That said, I do agree that many of your questions were valid from the point of view of learning from the decision:

* What STATISTICAL MEASURES did they make to evaluate the effectiveness of the move?
* HOW EFFECTIVE was it?

I would add:

* How expensive was it to switch in terms of infrastructure changes? Application changes?
* Was additional complexity introduced to the application logic in order to compensate for capabilities that were no longer available (i.e. things the RDBMS did)?
* Was the RDBMS already sharded? If not, would it have been possible to shard the RDBMS instead of moving to a non-RDBMS? Was it considered? What were the perceived pros and cons?

> All the issues you appear to struggle with really come
> down to the lack of a deterministic, reliable build
> process.

.. and:

> You can mathematically do semi-automatic script
> generation using program invariants.

What I disagree with is the notion that issues-in-the-large can be efficiently solved using tried-and-true engineering approaches that are ideal for issues-in-the-small. Knowing the difference (i.e. knowing when something is truly an architectural issue) is often the hardest part.

Peace,

Cameron Purdy | Oracle Coherence
http://coherence.oracle.com/

John Zabroski

Posts: 272
Nickname: zbo
Registered: Jan, 2007

Re: Seven Lessons on Scalability from Reddit Posted: Jun 17, 2010 12:02 PM
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Cameron,

I actually covered some of the things you "added" on your list.

Have you noticed that Google Apps had to freeze billing for its data storage engine due to scaling problems? That Postini is now also having scaling problems?

Tell me what your solution is, if it is not real engineering.

Richard Henderson

Posts: 1
Nickname: rickaitch
Registered: Jun, 2010

Re: Seven Lessons on Scalability from Reddit Posted: Jun 22, 2010 11:21 AM
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@"invariants", how do you know what is invariant ahead of time?

20:20 hindsight is all very well.

Cameron Purdy

Posts: 186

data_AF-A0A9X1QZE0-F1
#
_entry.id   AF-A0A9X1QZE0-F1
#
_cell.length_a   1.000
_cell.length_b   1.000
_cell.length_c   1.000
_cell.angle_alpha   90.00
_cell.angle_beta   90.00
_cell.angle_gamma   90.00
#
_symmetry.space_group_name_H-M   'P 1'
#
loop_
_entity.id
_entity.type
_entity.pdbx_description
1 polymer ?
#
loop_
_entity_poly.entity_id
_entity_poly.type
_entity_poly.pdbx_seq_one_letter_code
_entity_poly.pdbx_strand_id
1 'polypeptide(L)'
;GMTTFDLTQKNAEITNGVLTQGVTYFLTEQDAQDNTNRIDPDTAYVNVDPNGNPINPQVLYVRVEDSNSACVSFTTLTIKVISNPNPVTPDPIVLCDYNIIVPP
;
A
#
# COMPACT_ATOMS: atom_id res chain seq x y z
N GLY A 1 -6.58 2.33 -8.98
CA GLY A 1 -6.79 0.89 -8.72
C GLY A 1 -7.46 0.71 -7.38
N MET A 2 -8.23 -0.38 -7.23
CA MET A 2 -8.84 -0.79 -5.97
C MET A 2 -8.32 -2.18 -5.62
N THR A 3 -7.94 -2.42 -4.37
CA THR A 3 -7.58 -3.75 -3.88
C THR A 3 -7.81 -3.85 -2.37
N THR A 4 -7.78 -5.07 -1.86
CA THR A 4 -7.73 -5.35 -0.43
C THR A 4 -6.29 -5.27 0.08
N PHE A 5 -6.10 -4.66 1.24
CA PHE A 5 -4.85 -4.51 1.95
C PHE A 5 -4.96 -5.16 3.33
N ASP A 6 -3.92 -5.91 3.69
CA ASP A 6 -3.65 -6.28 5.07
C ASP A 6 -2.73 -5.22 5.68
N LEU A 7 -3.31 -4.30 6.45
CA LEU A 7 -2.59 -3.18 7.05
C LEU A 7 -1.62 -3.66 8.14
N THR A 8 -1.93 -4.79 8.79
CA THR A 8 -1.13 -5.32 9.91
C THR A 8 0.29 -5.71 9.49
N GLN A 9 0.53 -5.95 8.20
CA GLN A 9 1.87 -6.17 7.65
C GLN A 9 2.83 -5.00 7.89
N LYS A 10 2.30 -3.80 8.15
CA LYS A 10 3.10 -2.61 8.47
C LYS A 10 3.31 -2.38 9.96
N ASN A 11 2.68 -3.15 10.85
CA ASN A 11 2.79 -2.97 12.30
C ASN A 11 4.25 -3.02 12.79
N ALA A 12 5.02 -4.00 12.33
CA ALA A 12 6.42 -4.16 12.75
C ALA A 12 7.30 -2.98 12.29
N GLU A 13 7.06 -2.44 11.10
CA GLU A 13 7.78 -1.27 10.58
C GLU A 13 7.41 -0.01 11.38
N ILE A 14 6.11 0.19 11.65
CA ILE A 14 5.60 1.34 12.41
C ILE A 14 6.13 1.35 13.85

Nickname: cpurdy
Registered: Dec, 2004

Re: Seven Lessons on Scalability from Reddit Posted: Jun 22, 2010 9:36 PM
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Hi John -

> I actually covered some of the things you "added" on your
> list.

You may have.

> Have you noticed that Google Apps had to freeze billing
> for its data storage engine due to scaling problems? That
> Postini is now also having scaling problems?

It doesn't surprise me that companies would have scaling issues. Even companies with a few smart people like Google.

> Tell me what your solution is, if it is not real
> engineering.

Thinking. Being able to explain a solution before one starts coding it. Being able to defend it in the company of people who have both succeeded and failed with similar requirements.

As Brooks said, it's "only slightly removed from pure thought stuff":
http://www.jroller.com/cpurdy/entry/the_joy_of_programming

I am not quite smart enough to explain the process of solving these problems, but in my job I do get to witness it almost every day.

Peace,

Cameron Purdy | Oracle Coherence
http://coherence.oracle.com/

John Zabroski

Posts: 272
Nickname: zbo
Registered: Jan, 2007

Re: Seven Lessons on Scalability from Reddit Posted: Jun 29, 2010 8:15 PM
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Usually, the process is pretty ugly, but eventually a concensus emerges.

For what it is worth, I appreciated your feedback, even if I sounded a bit hasty. I am just extremely closed-minded and visionary and like challenging people rather than merely accepting their answers as-is, even if it means being a little caustic.